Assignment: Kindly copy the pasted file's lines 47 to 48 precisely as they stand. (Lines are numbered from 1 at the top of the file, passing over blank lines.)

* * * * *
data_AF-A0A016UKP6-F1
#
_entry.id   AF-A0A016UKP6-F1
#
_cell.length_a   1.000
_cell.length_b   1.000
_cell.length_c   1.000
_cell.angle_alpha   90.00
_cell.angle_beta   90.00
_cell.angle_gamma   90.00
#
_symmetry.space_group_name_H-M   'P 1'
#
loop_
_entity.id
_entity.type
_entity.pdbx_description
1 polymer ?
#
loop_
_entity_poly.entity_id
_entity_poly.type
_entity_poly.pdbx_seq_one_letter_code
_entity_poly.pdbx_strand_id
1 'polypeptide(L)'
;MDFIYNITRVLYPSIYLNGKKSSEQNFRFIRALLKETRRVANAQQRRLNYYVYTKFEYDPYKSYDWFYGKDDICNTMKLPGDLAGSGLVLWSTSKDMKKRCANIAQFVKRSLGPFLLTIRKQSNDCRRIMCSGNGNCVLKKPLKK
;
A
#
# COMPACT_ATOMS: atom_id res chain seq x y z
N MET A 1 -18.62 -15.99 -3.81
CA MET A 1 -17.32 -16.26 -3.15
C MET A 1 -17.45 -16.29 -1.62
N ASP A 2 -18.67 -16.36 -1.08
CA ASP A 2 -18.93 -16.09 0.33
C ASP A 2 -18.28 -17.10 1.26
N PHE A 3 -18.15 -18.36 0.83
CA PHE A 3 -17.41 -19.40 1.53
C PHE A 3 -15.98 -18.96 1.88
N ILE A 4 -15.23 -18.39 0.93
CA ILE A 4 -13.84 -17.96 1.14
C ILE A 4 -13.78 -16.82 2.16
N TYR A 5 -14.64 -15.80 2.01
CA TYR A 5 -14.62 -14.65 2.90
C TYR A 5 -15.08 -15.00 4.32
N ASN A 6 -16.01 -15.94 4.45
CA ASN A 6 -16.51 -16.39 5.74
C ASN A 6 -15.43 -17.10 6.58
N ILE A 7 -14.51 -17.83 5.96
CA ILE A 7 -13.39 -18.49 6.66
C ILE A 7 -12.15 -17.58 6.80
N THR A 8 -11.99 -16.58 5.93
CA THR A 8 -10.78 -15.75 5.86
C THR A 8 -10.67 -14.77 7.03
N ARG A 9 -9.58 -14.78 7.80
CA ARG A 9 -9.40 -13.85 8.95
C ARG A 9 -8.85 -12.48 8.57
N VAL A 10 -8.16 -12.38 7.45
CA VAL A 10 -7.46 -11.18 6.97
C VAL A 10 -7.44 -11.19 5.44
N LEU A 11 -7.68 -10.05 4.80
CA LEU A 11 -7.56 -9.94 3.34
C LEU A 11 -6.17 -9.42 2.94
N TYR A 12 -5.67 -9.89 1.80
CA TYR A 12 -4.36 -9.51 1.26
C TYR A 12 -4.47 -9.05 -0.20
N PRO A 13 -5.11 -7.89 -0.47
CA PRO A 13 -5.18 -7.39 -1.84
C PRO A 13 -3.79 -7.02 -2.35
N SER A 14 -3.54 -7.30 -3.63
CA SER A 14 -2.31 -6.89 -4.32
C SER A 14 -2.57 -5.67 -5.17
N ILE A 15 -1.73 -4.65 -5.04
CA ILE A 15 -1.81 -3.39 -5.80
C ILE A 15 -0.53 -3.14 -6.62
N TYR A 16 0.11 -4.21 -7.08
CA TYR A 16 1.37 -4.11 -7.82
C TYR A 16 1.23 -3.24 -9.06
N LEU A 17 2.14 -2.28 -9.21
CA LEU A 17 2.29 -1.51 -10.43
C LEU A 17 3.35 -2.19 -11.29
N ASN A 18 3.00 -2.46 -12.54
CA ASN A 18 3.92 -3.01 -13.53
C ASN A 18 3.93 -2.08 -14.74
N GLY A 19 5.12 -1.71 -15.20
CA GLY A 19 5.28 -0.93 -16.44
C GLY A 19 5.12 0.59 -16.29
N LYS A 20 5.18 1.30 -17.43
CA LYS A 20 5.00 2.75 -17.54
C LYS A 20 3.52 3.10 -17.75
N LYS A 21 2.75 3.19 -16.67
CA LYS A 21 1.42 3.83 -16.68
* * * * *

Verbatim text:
CA ASN A 6 -16.51 -16.39 5.74
C ASN A 6 -15.43 -17.10 6.58